Tales from the EMR: Does a 21st-Century Data Warehouse Facilitate Clinical Research for Pancreatic Cancer?
Faculty AdvisorJennifer F. Tseng
UMass Chan AffiliationsSenior Scholars Program
Department of Surgery, Surgical Outcomes Analysis and Research
KeywordsElectronic Health Records
Medical Records Systems
International Classification of Diseases
Health Information Technology
Health Services Research
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AbstractBackground: The importance of an electronic medical record has been highlighted for both clinical care and research. In the current era, data warehouses and repositories have been established to serve the dual function of patient care and investigation. Purpose: The aim of this study was to compare a newly developed institutional clinical data warehouse, linked with the hospital information system (HIS), to a prospectively-maintained departmental database. Methods: A novel HIS-linked institutional clinical data warehouse was queried for 9 primary and secondary ICD-9-CM discharge diagnosis codes for pancreatic cancer. The database captured inpatient and outpatient clinical and billing information from a pool of over 2 million patients evaluated at an academic medical institution and its affiliates since 1995. A cohort was identified; following Institutional Review Board approval, demographic and clinical data was obtained. This data was compared to a manually-entered and prospectively-maintained surgical oncology database of the same institution, tracking 394 patients since 1999. Duplicated patients, and those unique to either dataset, were flagged. Patients with diagnosis dates prior to 1999 were excluded to allow comparison over the same time period. For validation purposes, a 10% random sample of remaining patients unique to each dataset underwent manual review of medical records including clinic notes, admission/discharge notes, diagnostic imaging, and pathology reports. Results: 1107 patients were identified from the HIS-linked dataset with pancreatic neoplasm-associated diagnosis codes dating from 1999 to 2009. Of these, 254 (22.9%) were captured in both datasets, while 853 (77.1%) were only in the HIS-linked dataset. Manual review of the 10% subset of the HIS-only group demonstrated that 55.6% of patients were without identifiable pancreatic pathology, suggesting miscoding, while 31.7% had diagnoses consistent with pancreatic neoplasm, and 12.7% had pseudocyst or pancreatitis. Of the 394 patients tracked by surgical oncology, 254 (64.5%) were captured in both datasets, while 140 (35.5%) had not been captured in the HIS-linked dataset. Manual review of the 10% subset of the non-captured patients demonstrated 93.3% with pancreatic neoplasm and 6.7% with pseudocyst or pancreatitis. Lastly, a review of the 10% subset of the 254 patient overlap demonstrated that 87.5% of patients were with pancreatic neoplasm, 8.3% with pseudocyst or pancreatitis, and 4.2% without pancreatic pathology. Conclusions: While technological advances provide a powerful means to automate institutional-level cohort identification and data collection, a high degree of misclassification may be present if queries are based solely on ICD-9-CM discharge codes. For that reason, careful validation and data cleaning are critical steps prior to research use. These results also suggest cautious interpretation of national-level administrative data utilizing ICD-9-CM diagnosis codes. Our findings suggest that the current state-of-the-art data warehouses continue to require clinical correlation and validation through traditional retrospective mechanisms.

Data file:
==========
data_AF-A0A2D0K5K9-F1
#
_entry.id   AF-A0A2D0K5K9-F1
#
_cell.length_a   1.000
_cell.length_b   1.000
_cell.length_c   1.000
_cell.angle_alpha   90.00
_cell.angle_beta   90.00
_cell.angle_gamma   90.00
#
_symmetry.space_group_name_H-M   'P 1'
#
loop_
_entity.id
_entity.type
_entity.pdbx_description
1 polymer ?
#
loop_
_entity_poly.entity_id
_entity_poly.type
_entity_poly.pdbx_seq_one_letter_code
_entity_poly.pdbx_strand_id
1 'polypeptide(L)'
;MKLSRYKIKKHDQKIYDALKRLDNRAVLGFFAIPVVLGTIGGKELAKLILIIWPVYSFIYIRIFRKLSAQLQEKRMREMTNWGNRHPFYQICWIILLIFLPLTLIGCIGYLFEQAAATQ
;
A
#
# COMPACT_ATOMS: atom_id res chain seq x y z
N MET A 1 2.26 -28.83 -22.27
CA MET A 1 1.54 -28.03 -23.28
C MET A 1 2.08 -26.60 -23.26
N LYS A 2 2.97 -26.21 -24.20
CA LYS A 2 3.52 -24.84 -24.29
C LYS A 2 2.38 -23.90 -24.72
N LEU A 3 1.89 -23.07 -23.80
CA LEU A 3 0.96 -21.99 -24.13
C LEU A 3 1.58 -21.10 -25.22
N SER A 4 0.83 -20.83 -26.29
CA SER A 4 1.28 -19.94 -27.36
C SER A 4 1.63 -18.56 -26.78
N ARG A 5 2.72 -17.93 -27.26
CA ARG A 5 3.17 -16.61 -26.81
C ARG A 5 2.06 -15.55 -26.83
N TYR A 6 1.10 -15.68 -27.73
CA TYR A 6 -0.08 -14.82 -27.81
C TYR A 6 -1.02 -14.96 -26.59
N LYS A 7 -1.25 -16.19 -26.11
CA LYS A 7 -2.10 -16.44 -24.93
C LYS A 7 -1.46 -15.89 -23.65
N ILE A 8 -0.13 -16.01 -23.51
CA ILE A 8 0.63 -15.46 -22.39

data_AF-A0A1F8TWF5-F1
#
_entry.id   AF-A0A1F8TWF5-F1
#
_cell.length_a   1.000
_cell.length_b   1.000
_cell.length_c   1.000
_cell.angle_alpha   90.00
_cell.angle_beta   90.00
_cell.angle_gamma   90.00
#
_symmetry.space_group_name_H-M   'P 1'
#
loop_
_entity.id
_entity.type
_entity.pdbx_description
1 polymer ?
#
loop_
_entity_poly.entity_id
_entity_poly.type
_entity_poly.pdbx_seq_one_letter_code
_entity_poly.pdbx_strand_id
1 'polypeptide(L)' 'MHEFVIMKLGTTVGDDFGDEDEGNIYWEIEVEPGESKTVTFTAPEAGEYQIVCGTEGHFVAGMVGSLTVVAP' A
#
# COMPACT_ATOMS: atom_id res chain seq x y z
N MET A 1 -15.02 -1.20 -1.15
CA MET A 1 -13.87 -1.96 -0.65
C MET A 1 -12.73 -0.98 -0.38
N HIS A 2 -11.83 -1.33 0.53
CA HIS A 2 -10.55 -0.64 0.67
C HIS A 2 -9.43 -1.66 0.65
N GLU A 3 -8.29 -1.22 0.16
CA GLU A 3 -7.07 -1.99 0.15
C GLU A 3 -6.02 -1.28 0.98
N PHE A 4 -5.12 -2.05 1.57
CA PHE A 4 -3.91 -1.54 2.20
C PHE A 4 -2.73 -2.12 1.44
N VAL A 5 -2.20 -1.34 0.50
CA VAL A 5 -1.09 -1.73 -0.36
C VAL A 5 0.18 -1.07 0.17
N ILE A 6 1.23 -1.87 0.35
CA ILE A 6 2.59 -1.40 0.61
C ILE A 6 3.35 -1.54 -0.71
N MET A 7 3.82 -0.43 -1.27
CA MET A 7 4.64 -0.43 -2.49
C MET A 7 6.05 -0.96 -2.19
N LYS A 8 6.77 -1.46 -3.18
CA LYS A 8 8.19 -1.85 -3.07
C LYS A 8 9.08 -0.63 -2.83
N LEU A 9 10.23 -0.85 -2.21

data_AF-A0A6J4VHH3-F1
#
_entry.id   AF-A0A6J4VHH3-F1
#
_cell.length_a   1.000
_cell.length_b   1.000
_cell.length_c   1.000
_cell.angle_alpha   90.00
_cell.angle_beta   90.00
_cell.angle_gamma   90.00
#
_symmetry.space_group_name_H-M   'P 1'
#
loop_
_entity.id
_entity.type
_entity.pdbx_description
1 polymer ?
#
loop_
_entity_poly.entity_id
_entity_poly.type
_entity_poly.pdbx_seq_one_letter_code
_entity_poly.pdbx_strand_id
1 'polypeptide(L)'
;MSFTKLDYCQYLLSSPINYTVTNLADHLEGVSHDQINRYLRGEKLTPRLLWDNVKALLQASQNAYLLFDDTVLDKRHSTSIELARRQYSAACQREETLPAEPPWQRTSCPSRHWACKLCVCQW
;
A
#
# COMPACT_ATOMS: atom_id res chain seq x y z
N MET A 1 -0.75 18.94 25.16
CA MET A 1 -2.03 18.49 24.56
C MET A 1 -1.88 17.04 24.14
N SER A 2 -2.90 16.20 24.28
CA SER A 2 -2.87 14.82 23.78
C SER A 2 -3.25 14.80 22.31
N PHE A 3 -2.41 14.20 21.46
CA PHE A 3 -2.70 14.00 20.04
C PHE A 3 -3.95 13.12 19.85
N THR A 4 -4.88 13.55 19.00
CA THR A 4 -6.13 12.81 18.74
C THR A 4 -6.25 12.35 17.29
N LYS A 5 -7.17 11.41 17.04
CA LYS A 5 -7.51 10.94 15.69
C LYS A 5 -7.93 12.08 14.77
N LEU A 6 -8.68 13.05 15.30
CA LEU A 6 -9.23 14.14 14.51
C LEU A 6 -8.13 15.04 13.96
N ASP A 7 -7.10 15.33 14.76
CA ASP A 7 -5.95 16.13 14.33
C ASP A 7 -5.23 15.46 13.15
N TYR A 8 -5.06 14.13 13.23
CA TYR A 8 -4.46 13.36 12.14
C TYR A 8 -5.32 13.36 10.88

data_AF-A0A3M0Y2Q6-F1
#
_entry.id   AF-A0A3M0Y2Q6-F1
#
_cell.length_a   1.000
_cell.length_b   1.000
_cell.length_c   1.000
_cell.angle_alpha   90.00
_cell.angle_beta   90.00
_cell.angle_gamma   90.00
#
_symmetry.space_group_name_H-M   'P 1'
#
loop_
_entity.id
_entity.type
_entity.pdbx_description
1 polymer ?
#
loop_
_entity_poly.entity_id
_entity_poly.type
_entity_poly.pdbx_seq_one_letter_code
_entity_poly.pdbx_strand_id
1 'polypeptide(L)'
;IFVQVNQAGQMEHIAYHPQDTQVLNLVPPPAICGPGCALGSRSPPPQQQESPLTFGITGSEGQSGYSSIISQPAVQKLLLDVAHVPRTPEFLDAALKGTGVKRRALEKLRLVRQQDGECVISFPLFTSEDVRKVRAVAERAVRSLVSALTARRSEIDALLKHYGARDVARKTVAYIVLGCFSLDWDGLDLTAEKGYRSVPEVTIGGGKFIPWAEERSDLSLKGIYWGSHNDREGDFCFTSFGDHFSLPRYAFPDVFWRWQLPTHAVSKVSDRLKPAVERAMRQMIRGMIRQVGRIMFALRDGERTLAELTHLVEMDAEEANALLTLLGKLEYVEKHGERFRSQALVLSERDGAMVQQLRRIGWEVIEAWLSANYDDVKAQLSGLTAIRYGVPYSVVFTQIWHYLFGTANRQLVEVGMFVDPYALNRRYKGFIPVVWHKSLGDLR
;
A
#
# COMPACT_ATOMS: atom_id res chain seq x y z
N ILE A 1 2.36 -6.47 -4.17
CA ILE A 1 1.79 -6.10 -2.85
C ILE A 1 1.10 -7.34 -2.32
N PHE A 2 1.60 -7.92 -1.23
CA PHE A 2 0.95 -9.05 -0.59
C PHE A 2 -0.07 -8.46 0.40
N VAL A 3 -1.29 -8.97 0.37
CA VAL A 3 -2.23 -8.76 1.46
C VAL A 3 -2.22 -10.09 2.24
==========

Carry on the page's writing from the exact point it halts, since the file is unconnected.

Permanent Link to this Itemhttp://hdl.handle.net/20.500.14038/49176
Medical student Edward Arous participated in this study as part of the Senior Scholars research program at the University of Massachusetts Medical School.
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